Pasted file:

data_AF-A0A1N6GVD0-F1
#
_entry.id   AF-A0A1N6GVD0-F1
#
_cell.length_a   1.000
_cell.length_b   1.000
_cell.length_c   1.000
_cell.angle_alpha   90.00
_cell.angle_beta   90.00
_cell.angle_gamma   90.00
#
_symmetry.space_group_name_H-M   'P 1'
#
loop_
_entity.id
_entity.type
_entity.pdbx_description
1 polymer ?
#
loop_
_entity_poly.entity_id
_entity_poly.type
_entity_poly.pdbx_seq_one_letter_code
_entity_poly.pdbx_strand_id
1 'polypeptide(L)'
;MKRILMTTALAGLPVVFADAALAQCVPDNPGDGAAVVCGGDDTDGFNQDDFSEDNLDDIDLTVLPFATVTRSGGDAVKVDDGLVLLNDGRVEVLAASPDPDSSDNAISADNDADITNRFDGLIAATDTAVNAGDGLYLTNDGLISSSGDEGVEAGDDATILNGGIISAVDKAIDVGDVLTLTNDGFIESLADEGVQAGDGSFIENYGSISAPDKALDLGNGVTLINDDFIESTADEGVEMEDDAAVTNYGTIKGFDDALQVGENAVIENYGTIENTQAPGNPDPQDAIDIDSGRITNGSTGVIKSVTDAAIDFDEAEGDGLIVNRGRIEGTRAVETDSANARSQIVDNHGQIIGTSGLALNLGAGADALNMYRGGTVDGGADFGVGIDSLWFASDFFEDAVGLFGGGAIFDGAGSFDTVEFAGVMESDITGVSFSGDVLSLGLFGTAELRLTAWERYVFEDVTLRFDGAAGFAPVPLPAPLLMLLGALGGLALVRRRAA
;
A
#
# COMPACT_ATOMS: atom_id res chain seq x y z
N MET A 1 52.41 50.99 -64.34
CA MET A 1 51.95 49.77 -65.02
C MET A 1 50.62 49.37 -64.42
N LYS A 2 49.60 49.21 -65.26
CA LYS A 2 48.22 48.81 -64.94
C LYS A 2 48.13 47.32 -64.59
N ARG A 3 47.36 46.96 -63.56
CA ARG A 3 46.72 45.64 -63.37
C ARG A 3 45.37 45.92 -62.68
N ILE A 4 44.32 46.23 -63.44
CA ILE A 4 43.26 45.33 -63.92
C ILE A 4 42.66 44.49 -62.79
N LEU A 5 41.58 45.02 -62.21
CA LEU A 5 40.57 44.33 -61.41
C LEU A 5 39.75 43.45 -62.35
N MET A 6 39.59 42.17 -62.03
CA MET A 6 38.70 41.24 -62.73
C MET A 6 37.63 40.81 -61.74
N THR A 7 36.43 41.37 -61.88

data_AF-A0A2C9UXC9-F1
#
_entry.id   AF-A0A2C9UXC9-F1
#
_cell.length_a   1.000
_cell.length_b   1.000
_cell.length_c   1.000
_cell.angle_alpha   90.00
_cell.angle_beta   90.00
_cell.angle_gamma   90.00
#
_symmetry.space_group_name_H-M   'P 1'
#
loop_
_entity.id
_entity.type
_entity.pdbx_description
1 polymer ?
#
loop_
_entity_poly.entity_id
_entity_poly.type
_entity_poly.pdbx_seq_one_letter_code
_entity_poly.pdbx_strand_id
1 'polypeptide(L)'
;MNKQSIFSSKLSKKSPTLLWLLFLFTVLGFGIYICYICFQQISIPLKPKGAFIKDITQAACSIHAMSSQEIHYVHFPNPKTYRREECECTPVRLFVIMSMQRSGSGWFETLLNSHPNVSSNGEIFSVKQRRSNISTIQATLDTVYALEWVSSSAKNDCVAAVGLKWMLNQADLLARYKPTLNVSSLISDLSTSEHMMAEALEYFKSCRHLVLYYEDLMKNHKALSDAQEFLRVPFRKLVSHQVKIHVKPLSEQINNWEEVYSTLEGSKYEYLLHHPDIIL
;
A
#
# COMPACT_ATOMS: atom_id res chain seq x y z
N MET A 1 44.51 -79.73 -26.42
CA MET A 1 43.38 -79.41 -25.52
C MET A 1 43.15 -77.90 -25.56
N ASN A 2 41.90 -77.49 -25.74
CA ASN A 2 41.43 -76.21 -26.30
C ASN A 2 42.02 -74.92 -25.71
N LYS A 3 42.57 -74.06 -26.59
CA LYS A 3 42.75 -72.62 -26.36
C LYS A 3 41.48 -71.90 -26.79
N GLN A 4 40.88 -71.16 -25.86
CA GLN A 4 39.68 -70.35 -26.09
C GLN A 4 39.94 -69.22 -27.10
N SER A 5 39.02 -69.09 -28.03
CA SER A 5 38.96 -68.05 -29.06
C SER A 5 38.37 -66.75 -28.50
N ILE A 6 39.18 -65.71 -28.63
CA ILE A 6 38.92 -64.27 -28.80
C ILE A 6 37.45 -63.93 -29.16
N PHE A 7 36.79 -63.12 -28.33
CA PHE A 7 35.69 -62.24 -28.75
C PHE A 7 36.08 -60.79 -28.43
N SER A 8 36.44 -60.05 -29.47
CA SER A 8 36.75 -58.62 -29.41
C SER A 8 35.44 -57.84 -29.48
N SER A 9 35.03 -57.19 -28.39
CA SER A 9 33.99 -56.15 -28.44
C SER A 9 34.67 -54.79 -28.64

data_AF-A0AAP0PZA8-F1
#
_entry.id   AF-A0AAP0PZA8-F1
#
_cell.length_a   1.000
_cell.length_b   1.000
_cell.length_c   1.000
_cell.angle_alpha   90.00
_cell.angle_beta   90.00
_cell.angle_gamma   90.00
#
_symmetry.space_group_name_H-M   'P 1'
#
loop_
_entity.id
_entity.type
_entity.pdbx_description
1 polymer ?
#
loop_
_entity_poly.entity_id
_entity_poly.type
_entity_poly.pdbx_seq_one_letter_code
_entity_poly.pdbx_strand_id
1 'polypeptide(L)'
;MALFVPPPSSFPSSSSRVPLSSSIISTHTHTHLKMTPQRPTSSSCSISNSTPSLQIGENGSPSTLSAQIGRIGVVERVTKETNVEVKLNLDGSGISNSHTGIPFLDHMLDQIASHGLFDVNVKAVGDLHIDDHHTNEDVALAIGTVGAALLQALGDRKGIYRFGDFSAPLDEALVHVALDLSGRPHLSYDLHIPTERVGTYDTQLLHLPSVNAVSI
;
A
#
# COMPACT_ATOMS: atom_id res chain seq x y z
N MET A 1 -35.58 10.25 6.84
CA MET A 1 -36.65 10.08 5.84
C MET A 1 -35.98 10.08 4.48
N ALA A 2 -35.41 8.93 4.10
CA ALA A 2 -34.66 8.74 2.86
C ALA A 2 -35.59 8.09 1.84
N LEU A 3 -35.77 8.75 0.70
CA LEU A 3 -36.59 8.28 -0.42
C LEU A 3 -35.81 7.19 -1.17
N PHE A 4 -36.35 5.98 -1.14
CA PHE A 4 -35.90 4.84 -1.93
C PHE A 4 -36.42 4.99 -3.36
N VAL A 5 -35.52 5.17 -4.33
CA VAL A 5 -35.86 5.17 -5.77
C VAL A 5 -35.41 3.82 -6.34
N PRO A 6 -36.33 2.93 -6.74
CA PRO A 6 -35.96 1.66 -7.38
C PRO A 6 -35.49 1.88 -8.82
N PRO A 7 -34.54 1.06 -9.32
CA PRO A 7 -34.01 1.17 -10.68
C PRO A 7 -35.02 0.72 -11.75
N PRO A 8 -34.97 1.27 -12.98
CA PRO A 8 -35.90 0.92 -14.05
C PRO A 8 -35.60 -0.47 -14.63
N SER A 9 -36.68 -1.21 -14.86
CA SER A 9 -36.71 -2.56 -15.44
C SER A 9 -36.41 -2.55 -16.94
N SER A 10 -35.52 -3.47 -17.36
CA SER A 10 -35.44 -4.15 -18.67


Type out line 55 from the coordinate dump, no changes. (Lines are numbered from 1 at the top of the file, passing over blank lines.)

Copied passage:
_cell.length_b   1.000